That supply and demand report issued Tuesday is raising questions, but an economist with the American Farm Bureau Federation sees some interesting dynamics ahead. "We are looking at a situation where soybeans, rather than corn, could very well become the market leader in the U.S. grain and oilseed complex," says Todd Davis, American Farm Bureau Federation economist. "Typically corn prices usually help drive the market prices for the other grain and oilseed commodities, but given what we now know, soybeans are ready to move to the forefront."
He's pointing to the fact that this week's report held corn largely unchanged, but soybean supply estimates fell and U.S. exports increased to help make up for smaller South American crops. Davis explains that Tuesday's report, coupled with prospective planting estimates from late March, indicate the United States is in the rebuilding mode in regard to the nation's corn supply, as U.S. farmers are expected to plant 95.9 million acres - the highest acreage since 1937. But soybean supplies are likely to move in the opposite direction and become much tighter next year as 2012 U.S. soybean plantings are expected to decline by more than 1 million acres compared to 2011.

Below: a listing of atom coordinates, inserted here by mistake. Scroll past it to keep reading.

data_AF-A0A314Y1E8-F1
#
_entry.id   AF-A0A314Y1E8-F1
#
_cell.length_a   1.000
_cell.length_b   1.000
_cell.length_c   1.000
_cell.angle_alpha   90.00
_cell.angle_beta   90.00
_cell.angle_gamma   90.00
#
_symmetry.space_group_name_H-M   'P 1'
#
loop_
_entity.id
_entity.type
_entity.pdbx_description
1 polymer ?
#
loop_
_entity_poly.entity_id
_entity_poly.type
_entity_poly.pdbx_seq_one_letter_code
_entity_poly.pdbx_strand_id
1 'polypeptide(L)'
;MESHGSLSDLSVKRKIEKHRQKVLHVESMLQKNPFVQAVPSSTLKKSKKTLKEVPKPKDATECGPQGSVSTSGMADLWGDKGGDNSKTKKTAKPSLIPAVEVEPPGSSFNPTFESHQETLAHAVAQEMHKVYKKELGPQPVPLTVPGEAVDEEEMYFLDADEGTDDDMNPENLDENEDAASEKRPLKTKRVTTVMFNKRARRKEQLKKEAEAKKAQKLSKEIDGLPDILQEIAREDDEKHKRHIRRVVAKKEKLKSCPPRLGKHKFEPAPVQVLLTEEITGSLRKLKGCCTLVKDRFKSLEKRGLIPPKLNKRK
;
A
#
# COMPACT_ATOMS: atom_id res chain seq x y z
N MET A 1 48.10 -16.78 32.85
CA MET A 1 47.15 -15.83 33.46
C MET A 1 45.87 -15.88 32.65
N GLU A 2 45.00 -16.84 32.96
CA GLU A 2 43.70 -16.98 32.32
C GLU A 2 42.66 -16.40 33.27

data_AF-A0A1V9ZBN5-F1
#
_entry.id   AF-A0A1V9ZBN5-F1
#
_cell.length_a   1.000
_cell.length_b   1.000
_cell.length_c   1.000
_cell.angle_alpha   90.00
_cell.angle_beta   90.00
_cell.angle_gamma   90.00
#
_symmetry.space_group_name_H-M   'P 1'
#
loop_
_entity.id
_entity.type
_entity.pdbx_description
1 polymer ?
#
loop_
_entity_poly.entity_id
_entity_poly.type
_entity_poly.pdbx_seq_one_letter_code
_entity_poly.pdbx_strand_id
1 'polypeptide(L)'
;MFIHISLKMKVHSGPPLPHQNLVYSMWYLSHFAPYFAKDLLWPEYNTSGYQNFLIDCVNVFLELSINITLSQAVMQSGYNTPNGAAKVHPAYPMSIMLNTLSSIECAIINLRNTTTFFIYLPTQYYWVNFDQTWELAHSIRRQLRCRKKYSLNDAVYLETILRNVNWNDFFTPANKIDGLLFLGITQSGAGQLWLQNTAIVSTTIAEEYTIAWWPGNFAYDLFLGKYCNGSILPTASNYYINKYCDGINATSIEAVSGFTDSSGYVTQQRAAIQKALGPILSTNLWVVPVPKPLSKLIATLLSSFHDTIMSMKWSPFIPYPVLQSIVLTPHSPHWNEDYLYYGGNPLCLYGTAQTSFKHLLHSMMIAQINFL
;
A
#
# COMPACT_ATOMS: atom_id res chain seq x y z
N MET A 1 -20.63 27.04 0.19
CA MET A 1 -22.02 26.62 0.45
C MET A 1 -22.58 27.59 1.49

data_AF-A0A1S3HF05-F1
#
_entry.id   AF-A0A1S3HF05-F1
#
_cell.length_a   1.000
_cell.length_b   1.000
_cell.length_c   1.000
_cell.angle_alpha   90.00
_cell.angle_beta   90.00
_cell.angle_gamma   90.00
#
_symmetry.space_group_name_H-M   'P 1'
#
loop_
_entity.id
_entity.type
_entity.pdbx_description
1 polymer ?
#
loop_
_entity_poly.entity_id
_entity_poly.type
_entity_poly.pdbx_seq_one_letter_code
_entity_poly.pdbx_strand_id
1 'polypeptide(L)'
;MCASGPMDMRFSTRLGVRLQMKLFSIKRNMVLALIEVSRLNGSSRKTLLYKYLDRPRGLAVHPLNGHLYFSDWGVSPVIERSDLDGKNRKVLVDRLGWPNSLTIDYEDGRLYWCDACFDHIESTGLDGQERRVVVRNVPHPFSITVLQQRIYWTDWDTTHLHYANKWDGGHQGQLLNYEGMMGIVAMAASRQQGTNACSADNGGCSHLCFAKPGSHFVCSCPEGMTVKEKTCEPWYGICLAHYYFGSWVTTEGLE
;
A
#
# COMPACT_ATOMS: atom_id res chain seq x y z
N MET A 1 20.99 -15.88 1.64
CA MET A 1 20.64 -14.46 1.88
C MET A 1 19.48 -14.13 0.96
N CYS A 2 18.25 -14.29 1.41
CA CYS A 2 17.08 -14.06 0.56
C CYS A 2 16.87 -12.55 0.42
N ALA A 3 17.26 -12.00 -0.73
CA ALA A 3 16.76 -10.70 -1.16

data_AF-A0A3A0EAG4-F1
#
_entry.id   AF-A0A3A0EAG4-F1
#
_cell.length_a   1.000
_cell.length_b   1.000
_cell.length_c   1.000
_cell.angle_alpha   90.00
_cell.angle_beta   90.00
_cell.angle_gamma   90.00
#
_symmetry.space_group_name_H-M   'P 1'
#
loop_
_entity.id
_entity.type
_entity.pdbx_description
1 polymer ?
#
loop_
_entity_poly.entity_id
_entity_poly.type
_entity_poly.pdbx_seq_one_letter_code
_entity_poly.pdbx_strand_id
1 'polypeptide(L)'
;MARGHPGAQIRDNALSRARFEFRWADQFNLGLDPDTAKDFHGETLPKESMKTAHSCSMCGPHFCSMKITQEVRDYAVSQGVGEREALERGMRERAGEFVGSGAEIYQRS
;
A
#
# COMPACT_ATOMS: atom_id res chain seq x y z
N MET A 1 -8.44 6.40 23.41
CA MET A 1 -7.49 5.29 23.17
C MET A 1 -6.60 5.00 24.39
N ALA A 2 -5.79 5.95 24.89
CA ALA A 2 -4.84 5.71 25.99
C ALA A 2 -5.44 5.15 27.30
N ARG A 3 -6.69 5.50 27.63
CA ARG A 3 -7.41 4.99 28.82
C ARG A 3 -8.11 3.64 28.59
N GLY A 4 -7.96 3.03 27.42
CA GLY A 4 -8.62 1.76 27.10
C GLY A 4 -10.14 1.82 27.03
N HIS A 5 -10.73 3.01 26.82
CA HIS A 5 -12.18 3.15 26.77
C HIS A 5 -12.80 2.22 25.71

Arlan Suderman, market analyst, Farm Futures agrees that "we are in a transition period from corn leading toward soybeans leading."
He notes that the market is still being led by the same dynamics - the expansion of the middle class in China and surrounding areas of East Asia, which is driving demand for protein in the diet.
"The first emphasis was on more corn to feed livestock as demand for meat increases in that region of the world," he notes. "Ethanol simply added to the demand curve for corn, and those dynamics drove corn prices higher to the point where world producers made corn a priority at the expense of soybeans."
He adds, however, that it also takes protein to produce protein and soybeans are one of the primary sources of that protein.
"Global soybean stocks began to slip as acreage shifted to corn production, with South American drought accelerating the shift," he says. "The world will soon realize that it needs to put an emphasis on soy protein as well, taking prices high enough to buy more acreage in available areas of the world, like Brazil."
Soybeans were clearly the newsmaker in the April supply and demand report. U.S. soybean stocks were cut by 25 million bushels to 250 million bushels. The decline was due to an increase in the expected amount of soybean crush and stronger U.S. exports to make up for the South American shortfalls.
Essentially the market fundamentals - the fight for acres - continues.